Covid: Arran pubs forced to close despite four months with no cases

By Christopher Sleight
BBC Scotland news

  • Published
Pier Head TavernImage source, Pier Head Tavern
Image caption,
The Pier Head Tavern in Lamlash will be closing for 16 days from Friday evening

Pubs and restaurants across much of Scotland's central belt will have to close for 16 days from Friday. The measure is being enforced to slow the surge in Covid-19 cases there, which the Scottish government says is being driven by hospitality. But not all areas inside the new restricted zone have high levels of cases - and some have none at all.

Jane Howe arrived at her Isle of Arran pub early on Thursday morning to work out how much beer she will have to pour down the drain.

"I've got five casks of real ale that cost £100 to £170 each. That's 52 pints a cask. We're not going to sell out of that before tomorrow but it won't keep," she says.

"I don't want to look, it's so tragic."

Like all other pubs and restaurants across five health board areas in the central belt, the Pier Head Tavern in Lamlash will have to close its doors at 18:00 on Friday and keep them closed for more than two weeks.

For Jane and her husband Alastair Howe, who have owned the pub for about five years, the enforced shutdown will be "devastating".

Image source, Pier Head Tavern
Image caption,
Jane Howe says she will need to throw away hundreds of pounds worth of beer

"We have to make enough money in the summer to keep us ticking over through the winter. We need to be open these next four weeks, but now we haven't got that," she says.

"The October break would have been an opportune time to make a bit of money and now it's gone."

The Scottish government has picked out five central belt health boards for extra restrictions because they have a much higher rate of Covid-19 infections.

In the seven days up to 7 October, there were almost 180 cases per 100,00 people in NHS Greater Glasgow and Clyde. Rates in NHS Lothian and Lanarkshire were also well over 100.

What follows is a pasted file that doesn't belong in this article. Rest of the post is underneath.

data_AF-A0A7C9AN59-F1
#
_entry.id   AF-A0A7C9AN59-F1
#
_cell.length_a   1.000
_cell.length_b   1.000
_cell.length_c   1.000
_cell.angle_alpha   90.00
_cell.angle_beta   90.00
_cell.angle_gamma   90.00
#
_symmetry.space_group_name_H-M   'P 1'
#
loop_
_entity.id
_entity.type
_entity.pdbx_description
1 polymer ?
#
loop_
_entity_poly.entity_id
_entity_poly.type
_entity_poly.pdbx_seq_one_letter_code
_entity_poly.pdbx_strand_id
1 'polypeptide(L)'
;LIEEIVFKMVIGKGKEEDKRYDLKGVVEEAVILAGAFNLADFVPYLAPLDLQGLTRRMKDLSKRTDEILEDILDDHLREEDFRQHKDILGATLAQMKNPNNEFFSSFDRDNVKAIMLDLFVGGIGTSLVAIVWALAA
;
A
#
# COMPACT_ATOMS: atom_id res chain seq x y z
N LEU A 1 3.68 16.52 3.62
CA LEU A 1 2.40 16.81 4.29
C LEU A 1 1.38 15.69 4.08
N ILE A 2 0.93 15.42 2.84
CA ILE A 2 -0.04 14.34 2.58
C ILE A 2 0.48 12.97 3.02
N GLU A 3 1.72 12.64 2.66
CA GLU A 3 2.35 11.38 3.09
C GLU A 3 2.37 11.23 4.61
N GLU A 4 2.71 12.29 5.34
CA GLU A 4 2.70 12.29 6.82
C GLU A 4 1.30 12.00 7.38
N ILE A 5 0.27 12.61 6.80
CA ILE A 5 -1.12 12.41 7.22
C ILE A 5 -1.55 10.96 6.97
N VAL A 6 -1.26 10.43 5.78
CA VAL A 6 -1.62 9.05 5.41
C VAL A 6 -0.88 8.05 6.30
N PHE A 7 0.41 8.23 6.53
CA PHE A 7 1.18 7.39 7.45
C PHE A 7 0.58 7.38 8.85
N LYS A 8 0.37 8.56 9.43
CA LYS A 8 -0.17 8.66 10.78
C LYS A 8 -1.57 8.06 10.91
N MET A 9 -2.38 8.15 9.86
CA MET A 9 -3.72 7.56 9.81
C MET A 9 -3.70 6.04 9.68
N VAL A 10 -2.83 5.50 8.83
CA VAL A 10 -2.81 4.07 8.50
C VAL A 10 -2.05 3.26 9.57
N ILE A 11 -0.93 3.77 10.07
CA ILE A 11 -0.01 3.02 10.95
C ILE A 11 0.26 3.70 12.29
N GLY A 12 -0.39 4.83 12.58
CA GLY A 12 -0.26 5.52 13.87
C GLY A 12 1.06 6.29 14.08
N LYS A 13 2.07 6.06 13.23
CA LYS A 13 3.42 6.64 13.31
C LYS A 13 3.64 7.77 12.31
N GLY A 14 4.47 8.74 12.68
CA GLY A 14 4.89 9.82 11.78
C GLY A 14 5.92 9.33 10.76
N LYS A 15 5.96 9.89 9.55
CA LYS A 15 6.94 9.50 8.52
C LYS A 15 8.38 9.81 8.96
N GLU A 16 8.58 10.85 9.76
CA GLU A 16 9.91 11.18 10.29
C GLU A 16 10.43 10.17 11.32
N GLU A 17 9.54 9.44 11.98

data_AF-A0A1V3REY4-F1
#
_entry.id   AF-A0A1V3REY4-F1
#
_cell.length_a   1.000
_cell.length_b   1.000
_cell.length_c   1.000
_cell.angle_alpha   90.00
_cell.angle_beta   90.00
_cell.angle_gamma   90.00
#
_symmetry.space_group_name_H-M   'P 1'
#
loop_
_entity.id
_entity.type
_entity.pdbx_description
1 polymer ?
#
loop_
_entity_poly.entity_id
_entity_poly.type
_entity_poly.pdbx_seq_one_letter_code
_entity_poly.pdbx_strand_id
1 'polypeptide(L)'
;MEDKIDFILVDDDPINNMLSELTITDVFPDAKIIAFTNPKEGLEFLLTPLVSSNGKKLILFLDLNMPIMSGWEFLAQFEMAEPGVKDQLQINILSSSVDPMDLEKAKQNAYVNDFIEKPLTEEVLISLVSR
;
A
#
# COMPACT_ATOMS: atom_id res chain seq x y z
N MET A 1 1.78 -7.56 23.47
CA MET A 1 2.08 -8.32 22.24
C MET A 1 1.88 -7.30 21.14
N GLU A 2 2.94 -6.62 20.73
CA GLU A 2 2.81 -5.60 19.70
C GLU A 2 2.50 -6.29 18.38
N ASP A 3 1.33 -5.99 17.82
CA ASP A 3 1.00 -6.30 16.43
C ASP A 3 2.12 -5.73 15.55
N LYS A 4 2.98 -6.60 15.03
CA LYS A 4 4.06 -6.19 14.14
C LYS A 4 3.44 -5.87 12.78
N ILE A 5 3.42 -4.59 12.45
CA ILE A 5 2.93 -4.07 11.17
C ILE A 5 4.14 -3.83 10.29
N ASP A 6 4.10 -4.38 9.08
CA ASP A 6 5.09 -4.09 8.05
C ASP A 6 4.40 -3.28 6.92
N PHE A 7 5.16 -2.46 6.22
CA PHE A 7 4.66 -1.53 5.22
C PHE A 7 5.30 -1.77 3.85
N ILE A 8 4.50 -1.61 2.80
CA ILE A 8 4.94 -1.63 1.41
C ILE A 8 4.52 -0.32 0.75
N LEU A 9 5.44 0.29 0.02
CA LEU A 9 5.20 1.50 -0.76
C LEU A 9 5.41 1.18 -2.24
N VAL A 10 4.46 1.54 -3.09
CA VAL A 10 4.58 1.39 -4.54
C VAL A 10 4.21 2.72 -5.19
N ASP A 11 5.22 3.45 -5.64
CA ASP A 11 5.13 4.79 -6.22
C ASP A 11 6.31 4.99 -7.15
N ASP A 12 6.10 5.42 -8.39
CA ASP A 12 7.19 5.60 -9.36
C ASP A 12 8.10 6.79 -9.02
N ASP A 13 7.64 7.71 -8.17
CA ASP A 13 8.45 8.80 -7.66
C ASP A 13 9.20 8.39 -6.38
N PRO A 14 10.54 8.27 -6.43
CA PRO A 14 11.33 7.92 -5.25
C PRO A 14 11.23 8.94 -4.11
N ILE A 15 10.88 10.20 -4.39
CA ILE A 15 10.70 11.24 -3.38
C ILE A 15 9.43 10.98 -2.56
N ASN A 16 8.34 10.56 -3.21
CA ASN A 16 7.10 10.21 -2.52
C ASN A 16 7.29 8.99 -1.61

Covid-19 infections across Scotland. Weekly rate per 100k.  Areas in red under extra restrictions. Figures updated to 7 October.

The rates are lower in NHS Ayrshire and Arran and NHS Forth Valley, but the Scottish government has suggested there may be a "ripple effect" of infections arriving from more badly affected areas.

So far, there is no evidence of the ripples reaching the Isle of Arran, where there have been no positive tests for Covid-19 since May - but businesses there still have to abide by the rules in force on the mainland.

Ms Howe says the restrictions are "grossly unfair" on an island which, according to an update from Arran Medical Group on 27 September, has only recorded five positive tests since the outbreak began in March.

"We're being tarred with the same brush as the rest of North Ayrshire. But it's a very different prospect out here. We don't have people drinking pint after pint. That doesn't happen," she says.

Ms Howe contrasts the infection risk inside her pub with a supermarket, where she says more people are gathering with less respect for social distancing.

Image source, Pier Head Tavern
Image caption,